72. 72. Screening adherence in at risk <50 is low FDRs ≥50 Non-FDRs ≥50 FDRs 40-49 Percent Tsai et al. Prev Chronic Dis 2015;12:140533 Colonoscopy within 10 years
  73. 73. What are current challenges to preventing and managing young-onset CRC? • Adoption of universal tumor screening for Lynch syndrome is slow – ~71% of cancer centers; 36% of CoC accredited and 15% of non-CoC accredited hospitals – Analysis of National Cancer Data = 43% tumors tested • Time to diagnosis is much longer for young adults – Symptoms not recognized or misdiagnosed (rectal bleeding = hemorrhoids) – Patient and provider factors contribute to delays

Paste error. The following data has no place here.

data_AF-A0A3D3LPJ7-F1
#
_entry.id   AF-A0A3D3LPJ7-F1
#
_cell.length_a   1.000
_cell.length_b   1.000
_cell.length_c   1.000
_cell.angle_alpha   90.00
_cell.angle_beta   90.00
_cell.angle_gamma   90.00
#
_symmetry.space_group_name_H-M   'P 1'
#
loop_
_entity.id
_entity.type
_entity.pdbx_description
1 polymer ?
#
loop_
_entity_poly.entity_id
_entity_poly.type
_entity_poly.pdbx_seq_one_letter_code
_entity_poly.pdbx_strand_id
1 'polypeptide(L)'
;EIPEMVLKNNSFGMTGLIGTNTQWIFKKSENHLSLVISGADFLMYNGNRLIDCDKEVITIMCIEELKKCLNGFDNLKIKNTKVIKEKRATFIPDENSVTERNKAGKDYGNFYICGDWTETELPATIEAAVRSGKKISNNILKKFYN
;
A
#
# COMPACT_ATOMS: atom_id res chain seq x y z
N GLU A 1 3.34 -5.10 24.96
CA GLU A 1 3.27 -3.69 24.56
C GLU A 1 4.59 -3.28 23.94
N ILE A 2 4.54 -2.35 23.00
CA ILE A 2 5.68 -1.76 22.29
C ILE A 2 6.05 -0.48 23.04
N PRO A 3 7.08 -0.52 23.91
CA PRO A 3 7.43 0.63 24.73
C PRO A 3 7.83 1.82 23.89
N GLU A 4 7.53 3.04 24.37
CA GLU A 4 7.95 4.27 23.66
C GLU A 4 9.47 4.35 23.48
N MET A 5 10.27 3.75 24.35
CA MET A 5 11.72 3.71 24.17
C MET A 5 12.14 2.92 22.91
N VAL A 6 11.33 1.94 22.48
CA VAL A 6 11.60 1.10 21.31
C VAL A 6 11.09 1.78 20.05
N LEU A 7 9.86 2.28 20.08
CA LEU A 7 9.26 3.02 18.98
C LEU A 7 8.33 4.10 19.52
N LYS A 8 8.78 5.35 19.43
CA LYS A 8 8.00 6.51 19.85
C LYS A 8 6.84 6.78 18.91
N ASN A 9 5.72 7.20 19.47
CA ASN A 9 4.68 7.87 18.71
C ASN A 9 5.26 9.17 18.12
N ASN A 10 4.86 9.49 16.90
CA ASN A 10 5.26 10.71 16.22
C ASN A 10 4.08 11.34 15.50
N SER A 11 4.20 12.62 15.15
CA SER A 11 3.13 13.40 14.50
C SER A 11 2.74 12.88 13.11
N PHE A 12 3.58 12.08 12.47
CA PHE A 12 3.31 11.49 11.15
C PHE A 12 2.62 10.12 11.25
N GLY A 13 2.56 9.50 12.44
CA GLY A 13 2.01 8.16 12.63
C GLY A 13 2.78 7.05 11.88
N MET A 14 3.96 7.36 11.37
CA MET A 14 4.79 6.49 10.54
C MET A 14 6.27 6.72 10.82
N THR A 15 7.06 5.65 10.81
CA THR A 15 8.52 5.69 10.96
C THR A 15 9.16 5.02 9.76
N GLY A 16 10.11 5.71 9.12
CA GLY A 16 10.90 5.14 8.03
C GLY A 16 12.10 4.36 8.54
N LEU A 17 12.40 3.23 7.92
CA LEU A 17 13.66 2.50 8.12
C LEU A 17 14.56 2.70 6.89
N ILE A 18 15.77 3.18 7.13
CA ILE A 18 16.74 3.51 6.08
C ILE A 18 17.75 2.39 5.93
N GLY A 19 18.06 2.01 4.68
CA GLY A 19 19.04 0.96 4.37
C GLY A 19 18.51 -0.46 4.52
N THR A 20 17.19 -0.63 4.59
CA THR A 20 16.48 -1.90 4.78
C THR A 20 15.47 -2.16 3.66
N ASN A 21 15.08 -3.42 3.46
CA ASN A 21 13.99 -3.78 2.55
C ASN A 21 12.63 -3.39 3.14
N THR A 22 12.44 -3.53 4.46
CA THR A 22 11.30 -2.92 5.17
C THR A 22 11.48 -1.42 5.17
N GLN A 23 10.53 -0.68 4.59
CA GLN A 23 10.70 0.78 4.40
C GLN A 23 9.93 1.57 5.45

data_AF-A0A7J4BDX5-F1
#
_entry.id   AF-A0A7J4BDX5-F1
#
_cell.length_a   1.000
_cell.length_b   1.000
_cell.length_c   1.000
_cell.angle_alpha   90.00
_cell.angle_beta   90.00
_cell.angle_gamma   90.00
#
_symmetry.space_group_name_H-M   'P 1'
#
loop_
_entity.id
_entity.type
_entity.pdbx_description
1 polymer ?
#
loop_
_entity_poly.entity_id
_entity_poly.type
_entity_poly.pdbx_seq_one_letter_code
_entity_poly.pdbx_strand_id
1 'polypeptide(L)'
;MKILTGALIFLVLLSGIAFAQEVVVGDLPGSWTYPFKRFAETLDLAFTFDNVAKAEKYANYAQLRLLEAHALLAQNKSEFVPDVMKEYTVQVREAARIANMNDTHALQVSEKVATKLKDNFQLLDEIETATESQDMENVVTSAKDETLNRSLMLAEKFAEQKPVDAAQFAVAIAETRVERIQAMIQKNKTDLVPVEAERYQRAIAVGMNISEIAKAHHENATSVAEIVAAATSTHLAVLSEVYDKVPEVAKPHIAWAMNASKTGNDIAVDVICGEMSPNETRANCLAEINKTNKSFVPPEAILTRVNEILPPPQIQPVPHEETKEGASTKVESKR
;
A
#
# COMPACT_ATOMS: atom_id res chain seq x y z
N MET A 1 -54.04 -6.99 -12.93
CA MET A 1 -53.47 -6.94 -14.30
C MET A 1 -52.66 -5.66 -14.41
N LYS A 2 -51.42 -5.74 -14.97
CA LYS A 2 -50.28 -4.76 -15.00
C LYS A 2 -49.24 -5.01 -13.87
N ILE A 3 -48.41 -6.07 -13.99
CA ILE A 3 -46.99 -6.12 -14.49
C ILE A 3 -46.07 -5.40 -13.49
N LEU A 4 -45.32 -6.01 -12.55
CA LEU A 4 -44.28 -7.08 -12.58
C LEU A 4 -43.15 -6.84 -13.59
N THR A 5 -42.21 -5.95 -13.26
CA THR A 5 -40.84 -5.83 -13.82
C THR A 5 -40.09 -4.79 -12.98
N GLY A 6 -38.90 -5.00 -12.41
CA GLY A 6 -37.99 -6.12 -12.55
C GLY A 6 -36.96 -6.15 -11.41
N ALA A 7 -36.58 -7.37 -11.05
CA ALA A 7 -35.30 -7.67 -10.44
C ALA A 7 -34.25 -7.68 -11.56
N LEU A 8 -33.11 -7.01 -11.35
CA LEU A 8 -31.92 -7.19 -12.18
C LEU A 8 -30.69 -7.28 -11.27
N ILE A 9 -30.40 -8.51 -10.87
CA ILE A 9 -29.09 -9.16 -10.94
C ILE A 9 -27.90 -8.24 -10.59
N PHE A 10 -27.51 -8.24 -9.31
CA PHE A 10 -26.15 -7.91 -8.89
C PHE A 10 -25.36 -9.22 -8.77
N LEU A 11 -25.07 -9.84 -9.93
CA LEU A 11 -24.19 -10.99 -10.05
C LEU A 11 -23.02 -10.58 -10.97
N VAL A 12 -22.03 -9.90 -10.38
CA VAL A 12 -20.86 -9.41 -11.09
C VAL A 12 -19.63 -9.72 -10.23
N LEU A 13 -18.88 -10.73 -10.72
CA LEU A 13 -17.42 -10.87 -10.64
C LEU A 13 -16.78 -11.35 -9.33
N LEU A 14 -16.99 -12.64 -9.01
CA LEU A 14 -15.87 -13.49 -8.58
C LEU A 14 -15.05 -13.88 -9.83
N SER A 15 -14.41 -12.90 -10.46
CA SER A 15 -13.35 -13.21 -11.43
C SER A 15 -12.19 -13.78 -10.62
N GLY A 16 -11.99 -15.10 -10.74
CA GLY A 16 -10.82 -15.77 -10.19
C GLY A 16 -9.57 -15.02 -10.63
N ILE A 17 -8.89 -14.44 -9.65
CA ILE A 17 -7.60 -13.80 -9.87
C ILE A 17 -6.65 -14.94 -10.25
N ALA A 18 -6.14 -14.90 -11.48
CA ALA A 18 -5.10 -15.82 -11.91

74. 74. Strategic Plan Objectives 1) accelerate research to address unanswered questions about the causes of increase in EOCRC 1) increase adoption of evidenced-based practices to identify and manage younger adults at risk for CRC and facilitate early diagnosis 1) solidify commitment from engaged partners that is essential for moving this plan into action